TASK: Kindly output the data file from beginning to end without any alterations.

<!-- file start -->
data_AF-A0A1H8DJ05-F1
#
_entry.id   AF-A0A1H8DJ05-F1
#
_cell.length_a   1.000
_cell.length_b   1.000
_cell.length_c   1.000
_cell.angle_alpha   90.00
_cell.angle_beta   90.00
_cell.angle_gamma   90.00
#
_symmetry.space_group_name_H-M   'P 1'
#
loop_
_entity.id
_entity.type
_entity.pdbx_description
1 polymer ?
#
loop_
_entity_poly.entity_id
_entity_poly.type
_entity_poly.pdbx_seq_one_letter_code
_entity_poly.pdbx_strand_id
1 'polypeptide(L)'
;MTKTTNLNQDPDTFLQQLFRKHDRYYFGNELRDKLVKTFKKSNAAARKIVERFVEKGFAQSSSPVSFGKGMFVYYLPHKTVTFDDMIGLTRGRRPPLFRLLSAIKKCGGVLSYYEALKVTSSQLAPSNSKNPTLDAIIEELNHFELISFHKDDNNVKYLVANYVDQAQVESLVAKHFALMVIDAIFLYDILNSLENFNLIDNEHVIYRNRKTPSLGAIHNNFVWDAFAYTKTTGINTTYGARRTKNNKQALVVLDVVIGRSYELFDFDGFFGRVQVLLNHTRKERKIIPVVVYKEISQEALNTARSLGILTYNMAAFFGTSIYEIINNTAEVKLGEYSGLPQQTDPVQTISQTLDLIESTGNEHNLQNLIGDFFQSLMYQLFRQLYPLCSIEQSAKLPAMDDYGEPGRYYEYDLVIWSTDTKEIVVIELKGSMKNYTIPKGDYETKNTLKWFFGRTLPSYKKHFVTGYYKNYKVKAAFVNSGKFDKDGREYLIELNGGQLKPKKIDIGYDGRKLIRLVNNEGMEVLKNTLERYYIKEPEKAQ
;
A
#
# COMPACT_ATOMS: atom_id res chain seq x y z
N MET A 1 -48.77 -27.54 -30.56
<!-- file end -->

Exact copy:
data_AF-A0A1H8DJ05-F1
#
_entry.id   AF-A0A1H8DJ05-F1
#
_cell.length_a   1.000
_cell.length_b   1.000
_cell.length_c   1.000
_cell.angle_alpha   90.00
_cell.angle_beta   90.00
_cell.angle_gamma   90.00
#
_symmetry.space_group_name_H-M   'P 1'
#
loop_
_entity.id
_entity.type
_entity.pdbx_description
1 polymer ?
#
loop_
_entity_poly.entity_id
_entity_poly.type
_entity_poly.pdbx_seq_one_letter_code
_entity_poly.pdbx_strand_id
1 'polypeptide(L)'
;MTKTTNLNQDPDTFLQQLFRKHDRYYFGNELRDKLVKTFKKSNAAARKIVERFVEKGFAQSSSPVSFGKGMFVYYLPHKTVTFDDMIGLTRGRRPPLFRLLSAIKKCGGVLSYYEALKVTSSQLAPSNSKNPTLDAIIEELNHFELISFHKDDNNVKYLVANYVDQAQVESLVAKHFALMVIDAIFLYDILNSLENFNLIDNEHVIYRNRKTPSLGAIHNNFVWDAFAYTKTTGINTTYGARRTKNNKQALVVLDVVIGRSYELFDFDGFFGRVQVLLNHTRKERKIIPVVVYKEISQEALNTARSLGILTYNMAAFFGTSIYEIINNTAEVKLGEYSGLPQQTDPVQTISQTLDLIESTGNEHNLQNLIGDFFQSLMYQLFRQLYPLCSIEQSAKLPAMDDYGEPGRYYEYDLVIWSTDTKEIVVIELKGSMKNYTIPKGDYETKNTLKWFFGRTLPSYKKHFVTGYYKNYKVKAAFVNSGKFDKDGREYLIELNGGQLKPKKIDIGYDGRKLIRLVNNEGMEVLKNTLERYYIKEPEKAQ
;
A
#
# COMPACT_ATOMS: atom_id res chain seq x y z
N MET A 1 -48.77 -27.54 -30.56